The New Social Media Paradox: A Symbol of Self-Determination or a Boon for Big Brother?
Sara M. Smyth
Bond University - School of Law
August 2, 2012
In the past ten years or so, mobile phone and Internet technologies have been instrumental in nearly every instance where people have gathered to demand political reform. With the help of ‘new social media’ applications, like Facebook and Twitter, Internet and mobile phone users can conduct real-time exchanges with millions of people across the globe. Following the Introduction, this Article begins, in Part II, with a discussion of how these tools were used by protesters around the world in 2011. Part III discusses how the same tools were used by governments, both democratic and authoritarian, to respond to the violence and mayhem during that year. In Part IV, I turn to a discussion of the relevant policy concerns, first in the American, then the Canadian, legal contexts. It is significant that Canada is the first country to complete an extensive investigation into Facebook’s privacy practices. As a result, Facebook users across the world now enjoy stronger privacy protections for their personal information, in terms of how it is collected, used and disclosed. In conclusion, in Part V, I note that this case has important implications for other online social networking sites, even those based in other countries, which are collecting and using the personal information of Canadians in a way that does not comport with Canadian privacy laws.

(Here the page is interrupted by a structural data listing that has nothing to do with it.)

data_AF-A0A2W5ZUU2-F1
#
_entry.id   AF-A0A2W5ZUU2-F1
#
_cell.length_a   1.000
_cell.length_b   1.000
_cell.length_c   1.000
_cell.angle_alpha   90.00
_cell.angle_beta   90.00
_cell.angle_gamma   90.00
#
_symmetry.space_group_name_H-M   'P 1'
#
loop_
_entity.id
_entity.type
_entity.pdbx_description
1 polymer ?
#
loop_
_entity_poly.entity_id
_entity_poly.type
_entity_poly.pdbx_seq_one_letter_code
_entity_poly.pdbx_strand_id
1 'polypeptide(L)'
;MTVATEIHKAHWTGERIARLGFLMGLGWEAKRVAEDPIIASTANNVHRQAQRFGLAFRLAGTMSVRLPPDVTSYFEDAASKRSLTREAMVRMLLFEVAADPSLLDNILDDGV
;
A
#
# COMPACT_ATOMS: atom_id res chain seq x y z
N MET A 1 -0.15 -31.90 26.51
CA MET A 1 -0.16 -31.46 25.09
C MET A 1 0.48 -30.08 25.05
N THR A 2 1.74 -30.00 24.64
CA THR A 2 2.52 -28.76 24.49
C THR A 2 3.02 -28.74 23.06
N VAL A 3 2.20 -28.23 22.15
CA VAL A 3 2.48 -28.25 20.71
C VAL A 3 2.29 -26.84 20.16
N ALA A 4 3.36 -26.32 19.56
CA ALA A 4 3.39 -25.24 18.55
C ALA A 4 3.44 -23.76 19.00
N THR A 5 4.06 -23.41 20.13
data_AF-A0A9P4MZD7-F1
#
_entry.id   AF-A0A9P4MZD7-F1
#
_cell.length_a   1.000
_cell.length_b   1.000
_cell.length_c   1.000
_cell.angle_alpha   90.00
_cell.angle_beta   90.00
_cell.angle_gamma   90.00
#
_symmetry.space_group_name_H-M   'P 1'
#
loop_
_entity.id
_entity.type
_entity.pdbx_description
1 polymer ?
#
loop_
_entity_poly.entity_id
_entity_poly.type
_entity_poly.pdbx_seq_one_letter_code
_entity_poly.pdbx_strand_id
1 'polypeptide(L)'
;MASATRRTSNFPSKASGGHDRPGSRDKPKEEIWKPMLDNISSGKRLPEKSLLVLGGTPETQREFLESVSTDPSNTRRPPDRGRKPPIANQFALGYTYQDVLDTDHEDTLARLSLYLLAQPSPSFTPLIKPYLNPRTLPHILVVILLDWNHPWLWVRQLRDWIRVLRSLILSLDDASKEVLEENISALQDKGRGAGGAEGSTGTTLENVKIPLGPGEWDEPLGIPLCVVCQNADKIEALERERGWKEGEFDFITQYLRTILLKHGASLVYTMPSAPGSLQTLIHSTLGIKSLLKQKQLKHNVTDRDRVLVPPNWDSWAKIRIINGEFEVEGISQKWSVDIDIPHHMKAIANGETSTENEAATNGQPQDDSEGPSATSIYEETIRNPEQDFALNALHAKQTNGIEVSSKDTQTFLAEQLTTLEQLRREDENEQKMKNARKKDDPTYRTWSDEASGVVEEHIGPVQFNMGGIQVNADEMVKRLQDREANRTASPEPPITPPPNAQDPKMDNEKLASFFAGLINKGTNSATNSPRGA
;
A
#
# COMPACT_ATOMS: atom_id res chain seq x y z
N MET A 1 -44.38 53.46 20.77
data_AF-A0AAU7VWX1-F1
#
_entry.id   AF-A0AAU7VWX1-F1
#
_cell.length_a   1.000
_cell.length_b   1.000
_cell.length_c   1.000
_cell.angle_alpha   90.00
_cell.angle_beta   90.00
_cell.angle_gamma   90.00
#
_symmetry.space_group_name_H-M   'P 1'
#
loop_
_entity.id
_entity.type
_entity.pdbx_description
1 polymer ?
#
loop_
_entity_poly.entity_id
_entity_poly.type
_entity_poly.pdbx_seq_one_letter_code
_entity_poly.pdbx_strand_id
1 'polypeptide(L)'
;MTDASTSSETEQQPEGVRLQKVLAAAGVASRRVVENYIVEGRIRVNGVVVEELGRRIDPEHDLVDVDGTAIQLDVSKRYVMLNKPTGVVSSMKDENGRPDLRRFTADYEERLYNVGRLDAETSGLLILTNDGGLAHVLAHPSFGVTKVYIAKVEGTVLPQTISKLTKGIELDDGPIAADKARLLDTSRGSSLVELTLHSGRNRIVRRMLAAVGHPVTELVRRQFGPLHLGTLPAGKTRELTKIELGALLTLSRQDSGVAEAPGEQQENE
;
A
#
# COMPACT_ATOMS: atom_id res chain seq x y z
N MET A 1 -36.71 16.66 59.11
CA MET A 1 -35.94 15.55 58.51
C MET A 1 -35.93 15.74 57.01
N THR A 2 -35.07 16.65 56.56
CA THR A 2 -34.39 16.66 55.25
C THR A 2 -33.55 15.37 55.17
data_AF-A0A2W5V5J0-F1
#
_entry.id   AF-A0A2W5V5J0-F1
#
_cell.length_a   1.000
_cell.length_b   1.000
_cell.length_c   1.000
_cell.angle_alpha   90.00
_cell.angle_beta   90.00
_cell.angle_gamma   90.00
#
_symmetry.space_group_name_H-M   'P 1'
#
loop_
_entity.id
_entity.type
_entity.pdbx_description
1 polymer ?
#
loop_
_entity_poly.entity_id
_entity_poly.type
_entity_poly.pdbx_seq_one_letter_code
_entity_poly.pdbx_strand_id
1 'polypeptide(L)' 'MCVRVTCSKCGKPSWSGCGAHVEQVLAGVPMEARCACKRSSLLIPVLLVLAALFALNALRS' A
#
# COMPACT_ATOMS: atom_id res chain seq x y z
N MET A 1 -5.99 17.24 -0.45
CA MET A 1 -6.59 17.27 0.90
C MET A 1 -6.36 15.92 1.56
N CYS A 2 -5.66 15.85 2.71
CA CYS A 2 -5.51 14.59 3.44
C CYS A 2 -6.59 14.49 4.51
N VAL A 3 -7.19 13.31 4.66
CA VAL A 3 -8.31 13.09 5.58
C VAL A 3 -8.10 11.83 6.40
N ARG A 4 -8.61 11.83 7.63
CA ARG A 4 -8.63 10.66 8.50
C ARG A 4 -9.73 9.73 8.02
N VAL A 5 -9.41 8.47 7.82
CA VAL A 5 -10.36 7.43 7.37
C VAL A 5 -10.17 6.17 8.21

Number of Pages in PDF File: 27
Keywords: Facebook, Twitter, Arab Spring, Social Networking, Internet, Cybercrime, PIPEDA, Canada, privacyworking papers series
Date posted: August 4, 2012 ; Last revised: August 20, 2012
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